This is the story of a girl who lived in about A.D. 63 - 70. Most people thought of her as unimportant and insignificant. She was a slave girl—owned by someone else. She was possessed by an evil spirit, so she didn’t even own her own thoughts. The love of God saved her.
The story is recorded in Acts 16:16 - 24.
The apostle Paul and his companions were on their way to a place of prayer, when they were met by a slave girl who was possessed by an evil spirit. She stood in their way and shouted, "These men are servants of the Most High God, who are telling you the way to be saved." (Acts 16:17 NIV) They walked on by her but she kept following them, shouting those words. The Bible says that she did this for many days. Finally, Paul became disturbed by her behavior and so deeply grieved for her that he turned around and commanded the evil spirit to come out of her. And it did. This got Paul in trouble with the slave owners. As a slave with the ability to predict the future and tell fortunes, the girl had been a good source of income.
The girl was telling the truth. She, or the evil spirit, recognized Paul as an apostle who could show people the way to salvation. Evil spirits told the truth about Jesus too. He also commanded that they leave the people they inhabited. (Matthew 8:29) Why did this truthful proclamation by the demon bother Paul? Wasn't it a good thing?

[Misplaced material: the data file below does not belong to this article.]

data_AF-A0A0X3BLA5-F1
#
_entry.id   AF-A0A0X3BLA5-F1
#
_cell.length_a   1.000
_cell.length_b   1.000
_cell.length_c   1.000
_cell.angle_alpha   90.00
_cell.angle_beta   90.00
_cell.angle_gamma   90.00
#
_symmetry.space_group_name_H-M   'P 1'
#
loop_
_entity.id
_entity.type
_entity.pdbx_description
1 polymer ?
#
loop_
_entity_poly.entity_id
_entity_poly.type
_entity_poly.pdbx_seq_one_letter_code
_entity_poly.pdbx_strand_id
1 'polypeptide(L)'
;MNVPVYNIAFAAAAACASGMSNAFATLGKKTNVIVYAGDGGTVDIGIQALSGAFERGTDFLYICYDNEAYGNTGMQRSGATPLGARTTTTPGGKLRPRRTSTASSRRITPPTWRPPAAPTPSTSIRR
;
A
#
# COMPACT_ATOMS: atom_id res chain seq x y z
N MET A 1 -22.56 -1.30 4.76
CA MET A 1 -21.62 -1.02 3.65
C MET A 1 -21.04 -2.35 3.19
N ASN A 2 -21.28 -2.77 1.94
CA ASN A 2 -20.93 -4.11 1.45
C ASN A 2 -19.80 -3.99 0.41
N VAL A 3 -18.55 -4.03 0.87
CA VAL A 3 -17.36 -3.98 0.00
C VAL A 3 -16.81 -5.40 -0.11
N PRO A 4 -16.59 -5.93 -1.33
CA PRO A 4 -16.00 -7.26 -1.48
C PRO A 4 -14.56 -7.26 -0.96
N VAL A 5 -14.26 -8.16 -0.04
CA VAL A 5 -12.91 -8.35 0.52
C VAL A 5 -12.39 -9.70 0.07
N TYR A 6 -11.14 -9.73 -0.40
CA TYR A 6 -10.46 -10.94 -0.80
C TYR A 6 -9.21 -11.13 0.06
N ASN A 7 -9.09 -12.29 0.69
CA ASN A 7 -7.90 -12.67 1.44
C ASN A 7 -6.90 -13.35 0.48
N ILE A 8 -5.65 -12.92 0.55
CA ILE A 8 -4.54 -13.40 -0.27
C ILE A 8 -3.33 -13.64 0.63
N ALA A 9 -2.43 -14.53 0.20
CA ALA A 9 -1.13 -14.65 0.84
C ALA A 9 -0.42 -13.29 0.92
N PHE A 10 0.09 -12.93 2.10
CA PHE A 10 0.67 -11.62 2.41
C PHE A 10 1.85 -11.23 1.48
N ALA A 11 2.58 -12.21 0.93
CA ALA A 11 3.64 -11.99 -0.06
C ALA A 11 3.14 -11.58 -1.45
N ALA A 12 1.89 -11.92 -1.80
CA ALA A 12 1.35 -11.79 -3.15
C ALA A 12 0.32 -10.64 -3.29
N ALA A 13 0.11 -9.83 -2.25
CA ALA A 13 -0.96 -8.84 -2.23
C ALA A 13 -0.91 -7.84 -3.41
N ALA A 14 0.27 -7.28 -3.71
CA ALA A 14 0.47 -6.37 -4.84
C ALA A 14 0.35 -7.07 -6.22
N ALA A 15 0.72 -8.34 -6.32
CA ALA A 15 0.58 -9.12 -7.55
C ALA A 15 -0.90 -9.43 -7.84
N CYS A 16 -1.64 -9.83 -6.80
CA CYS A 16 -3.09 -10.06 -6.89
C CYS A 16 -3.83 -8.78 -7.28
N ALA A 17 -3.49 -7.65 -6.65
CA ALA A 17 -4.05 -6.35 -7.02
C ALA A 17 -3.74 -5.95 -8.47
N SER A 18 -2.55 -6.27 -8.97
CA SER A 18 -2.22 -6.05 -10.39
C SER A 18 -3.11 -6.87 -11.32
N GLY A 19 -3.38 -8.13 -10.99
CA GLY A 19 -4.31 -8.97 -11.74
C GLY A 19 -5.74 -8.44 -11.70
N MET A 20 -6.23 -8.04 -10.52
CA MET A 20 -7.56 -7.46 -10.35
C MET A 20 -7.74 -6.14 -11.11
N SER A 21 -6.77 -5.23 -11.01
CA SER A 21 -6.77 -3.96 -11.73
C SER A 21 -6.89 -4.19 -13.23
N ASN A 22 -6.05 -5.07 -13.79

Paul cared about the gospel.
The demons who proclaimed who Jesus was and who Paul was were controlled by Satan and did not show reverence to God. Just to believe that Jesus is the Son of God is not enough. Faith is more than belief. It involves the acceptance of what Jesus has done and receiving Him as the only one who offers forgiveness of sin. (James 2:9)
The way to salvation was a popular topic in Paul’s time. There were different views of how to achieve it depending on what belief system was followed. The demon was trying to discredit the gospel of Jesus Christ by associating it with the occult.
Paul cared about the girl.
She had lost her individuality as a person. Socially she belonged to her masters and was being exploited because of her fortune telling ability. They were making a lot of money through her.
Psychologically she belonged to the evil spirit which controlled her. She couldn’t control her own thoughts or emotions.
Luke, the author of Acts, tells this story after the conversion story of Lydia (Acts 16:13-15) and before the conversion of the Roman jailer (Acts 16:25-34). This suggests that the slave girl may also have received Christ and been baptized after she was delivered from the control of the evil spirit. I like to think that she did give her life to Christ, who gave it to her. She received the Holy Spirit and streams of life began to bubble up from within her. (John 7: 38- 39) She went from no identity except that which the evil spirit allowed, to gaining her own identity in the family of Christ.
In finding Christ, she was brought into the Christian family relationship with the wealthy business woman, Lydia and the Roman jailer as well as all other Christians. One family, one fellowship, in Christ.